March 26, 2014

The Growth in Digital Reporting

The Smaller Outlets

In terms of the numbers of outlets, the largest component of the growing digital news world is the smaller news site. A large majority of them are less than a decade old, about half are nonprofits, most have staffs of five or fewer and many also rely on volunteer and citizen contributors. Their greatest area of focus is local news coverage. PJ_14.03.15_SmallFirmJobs

They can be economically shaky, as exemplified by what happened at Patch, the ambitious seven-year-old local digital journalism experiment. In the last year, two major rounds of cutbacks—that by some accounts have reduced the workforce by three-quarters or more—have meant the loss of hundreds of local digital news jobs across the country.

While the small and local nature of these sites makes it impossible to get an absolute tally, many either belong to journalistic organizations or have taken part in surveys. Pew Research used five of the largest compiled lists of these outlets.

One source was the Columbia Journalism Review’s Guide to Online News Startups, which compiled a list of 277 outlets. Another was the membership of the nonprofit Investigative News Network, which includes 73 digital native outlets. In addition, Pew Research compiled data on 172 nonprofit news organizations that were part of its 2013 report on the nonprofit news landscape.  We also looked at 117 organizations that are part of the Local Independent Online News Association. Another source was Michele’s list, a collection of 205 digital news organizations amassed by Michele McLellan, a journalist and consultant who has concentrated on the local news environment.

Combining all five sources and eliminating overlapping outlets, defunct and legacy organizations and those outlets for which there were little data available, Pew Research identified a total of 438 digital news organizations that produce original reporting on a regular basis. Of those, Pew Research found staffing data for 329 of them—which combined to produce a total of 1,432 full-time jobs, the vast majority of which are editorial. That comes to an average of 4.4 jobs per outlet.  Using that average figure, we then multiplied the other 109 outlets for which there were not staffing data by 4.4 workers. Based on this analysis, Pew Research estimates a total of about 1,900 editorial jobs at the 438 outlets.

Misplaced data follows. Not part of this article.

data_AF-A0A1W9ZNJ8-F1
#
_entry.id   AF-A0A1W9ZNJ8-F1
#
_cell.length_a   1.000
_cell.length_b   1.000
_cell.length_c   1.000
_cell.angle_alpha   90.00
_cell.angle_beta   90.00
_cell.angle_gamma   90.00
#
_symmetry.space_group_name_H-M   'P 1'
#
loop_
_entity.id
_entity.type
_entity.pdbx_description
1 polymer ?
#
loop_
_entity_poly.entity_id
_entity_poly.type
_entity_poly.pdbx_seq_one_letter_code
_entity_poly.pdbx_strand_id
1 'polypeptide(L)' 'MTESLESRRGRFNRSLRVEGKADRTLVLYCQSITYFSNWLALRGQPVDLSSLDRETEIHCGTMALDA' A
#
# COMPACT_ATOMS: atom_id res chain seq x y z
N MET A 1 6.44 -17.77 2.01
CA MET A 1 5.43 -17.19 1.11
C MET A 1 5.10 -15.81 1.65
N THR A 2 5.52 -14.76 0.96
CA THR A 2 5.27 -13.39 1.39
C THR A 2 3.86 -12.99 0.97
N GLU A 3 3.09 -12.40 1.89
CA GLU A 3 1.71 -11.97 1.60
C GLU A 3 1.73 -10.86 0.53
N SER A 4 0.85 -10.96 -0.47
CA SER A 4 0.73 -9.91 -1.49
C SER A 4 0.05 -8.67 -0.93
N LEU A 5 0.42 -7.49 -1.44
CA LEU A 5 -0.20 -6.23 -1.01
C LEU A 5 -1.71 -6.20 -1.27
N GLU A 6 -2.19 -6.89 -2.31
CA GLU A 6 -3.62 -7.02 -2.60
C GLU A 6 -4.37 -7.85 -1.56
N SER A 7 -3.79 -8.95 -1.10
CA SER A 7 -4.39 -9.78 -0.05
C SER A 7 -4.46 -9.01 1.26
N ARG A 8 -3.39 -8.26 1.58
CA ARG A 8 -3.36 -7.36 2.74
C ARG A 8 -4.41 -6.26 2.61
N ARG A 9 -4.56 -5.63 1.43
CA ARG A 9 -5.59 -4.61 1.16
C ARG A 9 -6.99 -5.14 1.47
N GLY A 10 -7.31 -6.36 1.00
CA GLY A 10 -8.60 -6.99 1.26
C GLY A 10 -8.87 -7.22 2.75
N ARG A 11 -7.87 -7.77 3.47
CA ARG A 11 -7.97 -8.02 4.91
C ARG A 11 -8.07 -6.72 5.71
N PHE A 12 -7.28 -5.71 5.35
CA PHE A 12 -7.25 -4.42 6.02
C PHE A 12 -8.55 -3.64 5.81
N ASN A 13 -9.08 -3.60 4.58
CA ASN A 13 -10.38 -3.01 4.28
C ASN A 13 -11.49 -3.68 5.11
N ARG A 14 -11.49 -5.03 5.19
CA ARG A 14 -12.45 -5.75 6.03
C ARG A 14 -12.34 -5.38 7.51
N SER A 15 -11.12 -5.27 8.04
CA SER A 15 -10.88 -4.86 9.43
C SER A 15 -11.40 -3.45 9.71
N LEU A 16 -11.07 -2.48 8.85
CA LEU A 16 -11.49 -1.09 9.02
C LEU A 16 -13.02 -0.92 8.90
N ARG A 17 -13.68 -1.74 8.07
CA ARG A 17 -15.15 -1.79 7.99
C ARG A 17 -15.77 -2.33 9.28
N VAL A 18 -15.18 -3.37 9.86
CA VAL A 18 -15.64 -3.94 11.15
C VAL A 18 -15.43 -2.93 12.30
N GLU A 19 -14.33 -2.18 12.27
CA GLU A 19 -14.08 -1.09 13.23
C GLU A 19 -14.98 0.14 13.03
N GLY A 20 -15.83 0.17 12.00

The data also indicate that many of these jobs are quite new.  Indeed, 29% (120) of the 414 outlets for which there was founding year information have started since 2010. And 56% (230) began in the period between 2005 and 2010. The biggest single year for expansion was at the height of the recession. There were 103 digital native startups in 2009, the same year that the American Society of Newspaper Editors recorded the loss of 5,200 newspaper newsroom jobs. That suggests many small digital organizations were formed to try to fill perceived reporting gaps created by legacy layoffs exacerbated by a bad economy.

This universe of smaller digital news organizations also reflects the growth of the nonprofit business model in news.  Of those 402 outlets for which we could ascertain corporate status, about half (204 outlets) were registered as nonprofits, meaning, among other things, that they are eligible to accept tax-exempt contributions and obligated to plow any surplus revenue back into business operations rather than paying shareholders or investors. Slightly less than half the outlets were operated as commercial businesses.

Pew Research’s accounting of full-time jobs also reveals the modest staffs at many of these startups. While the overall average came out to about four full-time staffers per outlet, a large majority of sites (241) had three or fewer employees.

One reality of that environment is that many of these organizations rely on part-time workers and volunteers to help produce content.  Of the 93 nonprofit outlets that responded to the 2013 Pew Research survey, more than half reported having part-time paid employees while almost three quarters said they relied, at least in part, on unpaid volunteers, interns or contributors.

On one level this reliance on non-paid workers reflects the lean budgets of many of these outlets. But it also reflects some of the genre’s editorial ethos—that covering local communities or neighborhoods at a grassroots level is best accomplished with contributions from regular citizens.